A View from the Bridge is a twentieth century classic of a play by American playwright Arthur Miller, with a chequered past. It was first staged in 1955 as a single act drama in verse at Broadway's Coronet theatre but it bombed. Miller refused to give up on it and re-worked the piece into two acts, the version with which we're familiar today. It worked beautifully, delighting audiences at the New Watergate theatre club in London in 1956.
The play is set in a New York Italian neighbourhood during the 1950s, near the famous Brooklyn Bridge. There's a chorus, very like an ancient Greek play, plus the narrator Alfieri. The story goes like this: Eddie is disturbed to discover his feelings for his young niece Catherine are verging on obsession... but he can't stop.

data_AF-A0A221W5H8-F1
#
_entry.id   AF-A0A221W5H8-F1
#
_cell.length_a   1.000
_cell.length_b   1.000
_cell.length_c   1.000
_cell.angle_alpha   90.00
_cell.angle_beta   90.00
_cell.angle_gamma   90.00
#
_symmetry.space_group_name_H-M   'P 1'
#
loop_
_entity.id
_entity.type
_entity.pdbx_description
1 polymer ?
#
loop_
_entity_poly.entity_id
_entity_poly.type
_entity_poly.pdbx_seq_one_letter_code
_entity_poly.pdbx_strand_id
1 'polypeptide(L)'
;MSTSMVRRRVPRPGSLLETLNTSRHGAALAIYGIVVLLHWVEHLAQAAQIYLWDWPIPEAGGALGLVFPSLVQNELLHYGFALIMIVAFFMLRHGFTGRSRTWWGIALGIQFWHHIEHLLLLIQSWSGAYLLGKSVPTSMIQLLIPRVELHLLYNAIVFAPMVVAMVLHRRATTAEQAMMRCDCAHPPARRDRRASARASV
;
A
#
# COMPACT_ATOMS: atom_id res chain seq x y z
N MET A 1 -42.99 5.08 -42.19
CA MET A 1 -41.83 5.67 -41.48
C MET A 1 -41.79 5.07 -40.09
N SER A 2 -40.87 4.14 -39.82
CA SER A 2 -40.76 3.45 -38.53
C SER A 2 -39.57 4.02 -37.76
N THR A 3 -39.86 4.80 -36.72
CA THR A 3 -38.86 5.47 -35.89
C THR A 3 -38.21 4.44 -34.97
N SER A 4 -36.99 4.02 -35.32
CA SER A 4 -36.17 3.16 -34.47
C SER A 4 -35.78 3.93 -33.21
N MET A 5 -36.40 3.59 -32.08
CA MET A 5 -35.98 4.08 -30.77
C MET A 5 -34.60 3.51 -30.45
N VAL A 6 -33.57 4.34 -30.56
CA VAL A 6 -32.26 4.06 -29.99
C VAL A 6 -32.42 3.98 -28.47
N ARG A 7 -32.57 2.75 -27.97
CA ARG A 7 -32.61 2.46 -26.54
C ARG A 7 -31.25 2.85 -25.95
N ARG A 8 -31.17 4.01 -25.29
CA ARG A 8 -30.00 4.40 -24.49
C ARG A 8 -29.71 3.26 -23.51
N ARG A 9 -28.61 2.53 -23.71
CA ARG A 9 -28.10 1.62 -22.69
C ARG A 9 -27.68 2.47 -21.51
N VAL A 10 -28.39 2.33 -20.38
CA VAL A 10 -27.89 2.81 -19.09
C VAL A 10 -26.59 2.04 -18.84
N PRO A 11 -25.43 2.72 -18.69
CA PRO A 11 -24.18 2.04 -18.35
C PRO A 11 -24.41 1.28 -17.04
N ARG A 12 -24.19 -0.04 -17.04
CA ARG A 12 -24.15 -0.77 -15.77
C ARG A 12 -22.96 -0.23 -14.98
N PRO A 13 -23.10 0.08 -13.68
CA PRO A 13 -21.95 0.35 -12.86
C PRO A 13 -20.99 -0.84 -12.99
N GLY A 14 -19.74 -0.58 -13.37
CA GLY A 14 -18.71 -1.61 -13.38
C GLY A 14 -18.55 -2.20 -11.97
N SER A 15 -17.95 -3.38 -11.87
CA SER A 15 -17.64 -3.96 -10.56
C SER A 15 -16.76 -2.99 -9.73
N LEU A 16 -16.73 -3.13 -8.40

When Catherine and Adolpho show signs of being attracted to each other, all hell lets loose. It's an emotional rollercoaster with a tragic ending, apparently inspired by a tale the playwright heard from a lawyer who worked with docklands longshoremen and insisted it was a true story. Whatever its origins it's truly dramatic stuff, passionate and disturbing.
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